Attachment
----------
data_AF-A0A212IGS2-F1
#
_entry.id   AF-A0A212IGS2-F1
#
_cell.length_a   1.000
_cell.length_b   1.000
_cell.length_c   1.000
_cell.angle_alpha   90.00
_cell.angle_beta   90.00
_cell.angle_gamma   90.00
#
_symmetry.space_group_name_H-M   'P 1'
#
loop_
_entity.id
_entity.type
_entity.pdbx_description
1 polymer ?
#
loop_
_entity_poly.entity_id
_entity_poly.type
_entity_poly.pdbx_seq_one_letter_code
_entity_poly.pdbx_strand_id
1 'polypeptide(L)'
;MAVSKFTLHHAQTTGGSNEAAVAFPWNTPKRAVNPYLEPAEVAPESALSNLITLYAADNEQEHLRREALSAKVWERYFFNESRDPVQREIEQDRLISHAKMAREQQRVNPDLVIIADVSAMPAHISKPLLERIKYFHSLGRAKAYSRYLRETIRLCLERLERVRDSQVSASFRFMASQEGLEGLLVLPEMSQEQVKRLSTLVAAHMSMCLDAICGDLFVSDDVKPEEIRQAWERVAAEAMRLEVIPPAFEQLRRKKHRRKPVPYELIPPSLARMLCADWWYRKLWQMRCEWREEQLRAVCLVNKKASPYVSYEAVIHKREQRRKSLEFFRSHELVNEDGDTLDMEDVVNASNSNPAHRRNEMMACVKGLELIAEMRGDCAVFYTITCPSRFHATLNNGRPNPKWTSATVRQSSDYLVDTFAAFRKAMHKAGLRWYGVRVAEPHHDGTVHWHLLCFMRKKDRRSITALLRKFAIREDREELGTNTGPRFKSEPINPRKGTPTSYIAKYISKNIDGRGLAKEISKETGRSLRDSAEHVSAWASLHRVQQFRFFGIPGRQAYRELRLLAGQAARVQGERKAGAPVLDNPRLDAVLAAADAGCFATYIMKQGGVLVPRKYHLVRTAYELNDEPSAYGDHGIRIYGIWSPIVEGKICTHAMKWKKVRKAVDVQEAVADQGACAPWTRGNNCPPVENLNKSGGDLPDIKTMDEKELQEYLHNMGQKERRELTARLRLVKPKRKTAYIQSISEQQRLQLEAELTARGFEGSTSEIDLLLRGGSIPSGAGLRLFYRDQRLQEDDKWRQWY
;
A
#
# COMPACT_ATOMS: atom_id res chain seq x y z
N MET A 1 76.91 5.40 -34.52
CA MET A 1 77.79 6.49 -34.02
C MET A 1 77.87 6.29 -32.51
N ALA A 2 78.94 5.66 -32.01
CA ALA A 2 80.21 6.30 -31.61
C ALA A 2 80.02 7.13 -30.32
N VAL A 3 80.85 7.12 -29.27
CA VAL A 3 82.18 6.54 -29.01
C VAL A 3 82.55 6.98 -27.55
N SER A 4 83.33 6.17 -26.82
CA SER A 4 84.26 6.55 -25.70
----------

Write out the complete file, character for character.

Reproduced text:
data_AF-A0A212IGS2-F1
#
_entry.id   AF-A0A212IGS2-F1
#
_cell.length_a   1.000
_cell.length_b   1.000
_cell.length_c   1.000
_cell.angle_alpha   90.00
_cell.angle_beta   90.00
_cell.angle_gamma   90.00
#
_symmetry.space_group_name_H-M   'P 1'
#
loop_
_entity.id
_entity.type
_entity.pdbx_description
1 polymer ?
#
loop_
_entity_poly.entity_id
_entity_poly.type
_entity_poly.pdbx_seq_one_letter_code
_entity_poly.pdbx_strand_id
1 'polypeptide(L)'
;MAVSKFTLHHAQTTGGSNEAAVAFPWNTPKRAVNPYLEPAEVAPESALSNLITLYAADNEQEHLRREALSAKVWERYFFNESRDPVQREIEQDRLISHAKMAREQQRVNPDLVIIADVSAMPAHISKPLLERIKYFHSLGRAKAYSRYLRETIRLCLERLERVRDSQVSASFRFMASQEGLEGLLVLPEMSQEQVKRLSTLVAAHMSMCLDAICGDLFVSDDVKPEEIRQAWERVAAEAMRLEVIPPAFEQLRRKKHRRKPVPYELIPPSLARMLCADWWYRKLWQMRCEWREEQLRAVCLVNKKASPYVSYEAVIHKREQRRKSLEFFRSHELVNEDGDTLDMEDVVNASNSNPAHRRNEMMACVKGLELIAEMRGDCAVFYTITCPSRFHATLNNGRPNPKWTSATVRQSSDYLVDTFAAFRKAMHKAGLRWYGVRVAEPHHDGTVHWHLLCFMRKKDRRSITALLRKFAIREDREELGTNTGPRFKSEPINPRKGTPTSYIAKYISKNIDGRGLAKEISKETGRSLRDSAEHVSAWASLHRVQQFRFFGIPGRQAYRELRLLAGQAARVQGERKAGAPVLDNPRLDAVLAAADAGCFATYIMKQGGVLVPRKYHLVRTAYELNDEPSAYGDHGIRIYGIWSPIVEGKICTHAMKWKKVRKAVDVQEAVADQGACAPWTRGNNCPPVENLNKSGGDLPDIKTMDEKELQEYLHNMGQKERRELTARLRLVKPKRKTAYIQSISEQQRLQLEAELTARGFEGSTSEIDLLLRGGSIPSGAGLRLFYRDQRLQEDDKWRQWY
;
A
#
# COMPACT_ATOMS: atom_id res chain seq x y z
N MET A 1 76.91 5.40 -34.52
CA MET A 1 77.79 6.49 -34.02
C MET A 1 77.87 6.29 -32.51
N ALA A 2 78.94 5.66 -32.01
CA ALA A 2 80.21 6.30 -31.61
C ALA A 2 80.02 7.13 -30.32
N VAL A 3 80.85 7.12 -29.27
CA VAL A 3 82.18 6.54 -29.01
C VAL A 3 82.55 6.98 -27.55
N SER A 4 83.33 6.17 -26.82
CA SER A 4 84.26 6.55 -25.70